Illinois family outraged at no murder charge in teen’s death due to ‘mutual combat’

"How is it mutual combat when my son didn't have anything to combat with?" asks Manuel Porties of the state's attorney's office decision.

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An Illinois family mourning the death of their 18-year-old son is outraged that no murder charges will be filed in conjunction with his death due to what prosecutors are calling “mutual combat.” 

Manuel Porties, Jr. was killed Tuesday after being stabbed to death during a recorded, planned fight in Schaumburg, a town located 30 miles east of Chicago. 

The family of 18-year-old Manuel Porties, Jr. is outraged that no murder charges will be filed in conjunction with his death because of what prosecutors are calling “mutual combat.” (Photo: Screenshot/WGN 9)

According to WGN 9, video of the fight shows Porties Jr. being punched in the face by a 17-year-old, who then stabs him in the neck as he lies on the ground. 

The younger teenager has not been identified but has been charged with misdemeanor unlawful use of a weapon. 

“They’re saying that it’s mutual combat,” said the slain man’s father, Manuel Porties. “How is it mutual combat when my son didn’t have anything to combat with? The only thing he had was his two hands.”

“He stood over my son and finished him,” he added, “and that’s not murder?”

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In a statement, the Cook County State’s Attorney’s Office said, “After an extensive review of the available information presented to us, including a discussion with the Schaumburg Police Department, we determined that the evidence was insufficient to meet our burden of proof to file murder charges.”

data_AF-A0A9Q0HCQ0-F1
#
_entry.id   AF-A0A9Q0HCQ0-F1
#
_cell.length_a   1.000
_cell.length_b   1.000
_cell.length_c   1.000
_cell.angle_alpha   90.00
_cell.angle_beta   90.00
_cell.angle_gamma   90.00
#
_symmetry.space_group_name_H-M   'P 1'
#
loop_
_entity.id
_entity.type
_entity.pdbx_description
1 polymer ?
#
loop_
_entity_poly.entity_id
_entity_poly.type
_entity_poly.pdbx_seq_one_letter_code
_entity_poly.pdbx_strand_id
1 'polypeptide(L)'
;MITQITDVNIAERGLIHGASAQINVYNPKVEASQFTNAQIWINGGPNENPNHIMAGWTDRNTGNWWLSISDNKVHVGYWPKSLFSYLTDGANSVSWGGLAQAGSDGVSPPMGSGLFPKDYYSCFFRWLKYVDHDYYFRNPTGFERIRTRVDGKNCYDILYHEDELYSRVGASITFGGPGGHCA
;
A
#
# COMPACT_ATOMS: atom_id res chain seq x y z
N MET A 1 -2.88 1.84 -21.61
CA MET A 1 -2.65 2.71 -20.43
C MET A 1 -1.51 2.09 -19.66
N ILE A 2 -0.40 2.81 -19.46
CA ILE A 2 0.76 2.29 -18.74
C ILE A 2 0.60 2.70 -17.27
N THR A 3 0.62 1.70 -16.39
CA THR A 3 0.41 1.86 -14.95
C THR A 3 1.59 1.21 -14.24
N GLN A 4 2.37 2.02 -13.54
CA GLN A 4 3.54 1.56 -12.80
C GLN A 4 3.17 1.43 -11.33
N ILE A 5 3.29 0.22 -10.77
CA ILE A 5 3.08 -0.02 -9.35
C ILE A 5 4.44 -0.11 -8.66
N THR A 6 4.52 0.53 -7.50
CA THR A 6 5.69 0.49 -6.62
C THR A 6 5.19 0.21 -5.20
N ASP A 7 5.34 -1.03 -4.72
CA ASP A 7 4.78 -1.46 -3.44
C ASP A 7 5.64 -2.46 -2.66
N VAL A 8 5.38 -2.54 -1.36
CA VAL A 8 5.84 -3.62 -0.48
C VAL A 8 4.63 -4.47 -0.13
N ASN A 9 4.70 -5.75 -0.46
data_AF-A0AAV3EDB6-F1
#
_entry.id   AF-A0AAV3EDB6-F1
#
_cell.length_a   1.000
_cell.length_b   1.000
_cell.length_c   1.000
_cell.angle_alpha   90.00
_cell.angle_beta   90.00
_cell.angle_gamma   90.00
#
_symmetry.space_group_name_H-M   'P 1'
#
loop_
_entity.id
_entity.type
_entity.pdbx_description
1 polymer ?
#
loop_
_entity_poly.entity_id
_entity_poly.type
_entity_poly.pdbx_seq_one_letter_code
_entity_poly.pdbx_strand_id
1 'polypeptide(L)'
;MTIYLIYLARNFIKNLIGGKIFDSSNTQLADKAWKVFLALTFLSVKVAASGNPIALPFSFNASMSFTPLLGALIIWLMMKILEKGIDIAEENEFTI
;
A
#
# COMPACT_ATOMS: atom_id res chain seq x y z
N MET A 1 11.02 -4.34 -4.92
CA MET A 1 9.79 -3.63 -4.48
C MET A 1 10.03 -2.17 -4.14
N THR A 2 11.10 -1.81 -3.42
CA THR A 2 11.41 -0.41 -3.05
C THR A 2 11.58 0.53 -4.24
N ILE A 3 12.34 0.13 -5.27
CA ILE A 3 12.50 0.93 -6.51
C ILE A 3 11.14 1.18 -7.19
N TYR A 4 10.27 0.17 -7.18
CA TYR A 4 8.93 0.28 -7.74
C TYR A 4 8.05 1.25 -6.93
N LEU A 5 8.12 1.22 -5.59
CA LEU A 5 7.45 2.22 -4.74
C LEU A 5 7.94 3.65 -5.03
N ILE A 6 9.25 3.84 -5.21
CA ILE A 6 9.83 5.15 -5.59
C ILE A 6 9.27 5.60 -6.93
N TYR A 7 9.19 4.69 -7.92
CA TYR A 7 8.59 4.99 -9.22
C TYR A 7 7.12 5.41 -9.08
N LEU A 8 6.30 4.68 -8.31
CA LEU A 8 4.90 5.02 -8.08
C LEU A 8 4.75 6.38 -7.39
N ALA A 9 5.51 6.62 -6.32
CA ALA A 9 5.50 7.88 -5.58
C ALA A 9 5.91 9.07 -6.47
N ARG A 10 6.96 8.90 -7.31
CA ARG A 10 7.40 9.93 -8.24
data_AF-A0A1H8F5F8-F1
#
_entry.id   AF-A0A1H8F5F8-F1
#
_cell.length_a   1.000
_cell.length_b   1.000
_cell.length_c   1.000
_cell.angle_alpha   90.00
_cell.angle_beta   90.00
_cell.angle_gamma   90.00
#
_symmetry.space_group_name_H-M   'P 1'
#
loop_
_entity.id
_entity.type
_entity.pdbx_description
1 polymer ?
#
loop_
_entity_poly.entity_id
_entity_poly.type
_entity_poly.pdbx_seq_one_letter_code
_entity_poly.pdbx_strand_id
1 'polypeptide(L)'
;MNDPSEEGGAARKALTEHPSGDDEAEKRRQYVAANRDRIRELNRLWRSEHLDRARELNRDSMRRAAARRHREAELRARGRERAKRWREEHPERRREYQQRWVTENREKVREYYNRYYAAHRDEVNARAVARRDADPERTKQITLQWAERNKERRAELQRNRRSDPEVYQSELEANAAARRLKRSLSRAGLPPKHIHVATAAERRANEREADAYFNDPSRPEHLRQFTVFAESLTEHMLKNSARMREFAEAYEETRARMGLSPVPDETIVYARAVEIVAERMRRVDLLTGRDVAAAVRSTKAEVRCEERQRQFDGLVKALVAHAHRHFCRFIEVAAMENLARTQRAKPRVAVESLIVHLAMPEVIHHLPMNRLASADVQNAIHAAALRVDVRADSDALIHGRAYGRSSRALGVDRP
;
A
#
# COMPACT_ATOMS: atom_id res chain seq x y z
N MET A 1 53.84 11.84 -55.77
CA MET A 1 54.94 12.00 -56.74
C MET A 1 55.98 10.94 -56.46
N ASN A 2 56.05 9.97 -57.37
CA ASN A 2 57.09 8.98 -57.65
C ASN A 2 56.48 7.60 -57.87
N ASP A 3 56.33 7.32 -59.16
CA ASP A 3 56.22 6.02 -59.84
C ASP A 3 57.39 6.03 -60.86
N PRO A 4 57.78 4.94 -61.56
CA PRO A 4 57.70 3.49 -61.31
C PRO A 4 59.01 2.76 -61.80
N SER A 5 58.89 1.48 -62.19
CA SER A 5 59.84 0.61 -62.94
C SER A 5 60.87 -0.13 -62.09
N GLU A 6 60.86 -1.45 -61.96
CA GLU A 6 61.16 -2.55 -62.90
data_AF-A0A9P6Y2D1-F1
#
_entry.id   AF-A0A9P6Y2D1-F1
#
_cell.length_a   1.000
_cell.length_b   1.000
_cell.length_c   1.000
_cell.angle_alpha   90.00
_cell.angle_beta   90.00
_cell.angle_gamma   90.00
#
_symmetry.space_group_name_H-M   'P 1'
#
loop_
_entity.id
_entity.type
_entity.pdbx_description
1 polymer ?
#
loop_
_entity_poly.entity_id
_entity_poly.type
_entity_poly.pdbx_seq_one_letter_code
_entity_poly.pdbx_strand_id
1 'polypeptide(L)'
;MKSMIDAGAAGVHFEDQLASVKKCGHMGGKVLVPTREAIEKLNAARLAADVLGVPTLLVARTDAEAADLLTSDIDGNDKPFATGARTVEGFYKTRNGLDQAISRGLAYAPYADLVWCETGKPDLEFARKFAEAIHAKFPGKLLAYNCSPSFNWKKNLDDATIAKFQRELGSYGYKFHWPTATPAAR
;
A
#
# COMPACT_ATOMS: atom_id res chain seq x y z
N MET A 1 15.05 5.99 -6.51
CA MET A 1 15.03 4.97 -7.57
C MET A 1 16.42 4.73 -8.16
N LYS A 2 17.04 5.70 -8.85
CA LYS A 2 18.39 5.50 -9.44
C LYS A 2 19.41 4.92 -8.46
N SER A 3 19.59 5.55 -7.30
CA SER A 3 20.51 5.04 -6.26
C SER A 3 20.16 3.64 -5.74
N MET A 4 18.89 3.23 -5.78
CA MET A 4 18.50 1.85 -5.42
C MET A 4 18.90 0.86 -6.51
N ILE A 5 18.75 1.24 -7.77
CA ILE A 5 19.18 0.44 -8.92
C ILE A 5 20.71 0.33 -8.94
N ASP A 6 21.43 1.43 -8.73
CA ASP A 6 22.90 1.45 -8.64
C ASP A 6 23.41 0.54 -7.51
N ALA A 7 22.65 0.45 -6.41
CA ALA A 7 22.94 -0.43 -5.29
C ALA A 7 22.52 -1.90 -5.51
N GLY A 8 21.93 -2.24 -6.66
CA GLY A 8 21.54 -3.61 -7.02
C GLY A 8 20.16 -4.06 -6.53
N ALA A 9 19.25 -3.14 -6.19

“As prosecutors, we have both an ethical and legal obligation to make charging decisions based on the evidence, facts and the law.” they maintain. “The CCSAO is committed to the work of justice, and we are currently meeting with the victim’s family, during this difficult time, to ensure that they are aware of our decision and why the evidence did not support the filing of criminal charges.”

According to the blog post of Illinois attorney David L. Freidberg, who is not involved in the case, “The term ‘mutual combat’ is defined as two individuals engaged in a physical confrontation with each other, usually because of an instantaneous quarrel where tempers are at their heights.” 

“Mutual combat can be seen as another version of ‘self-defense’ used in most cases when the alleged victim is proven to be the actual aggressor in the confrontation,” Freidberg contended.

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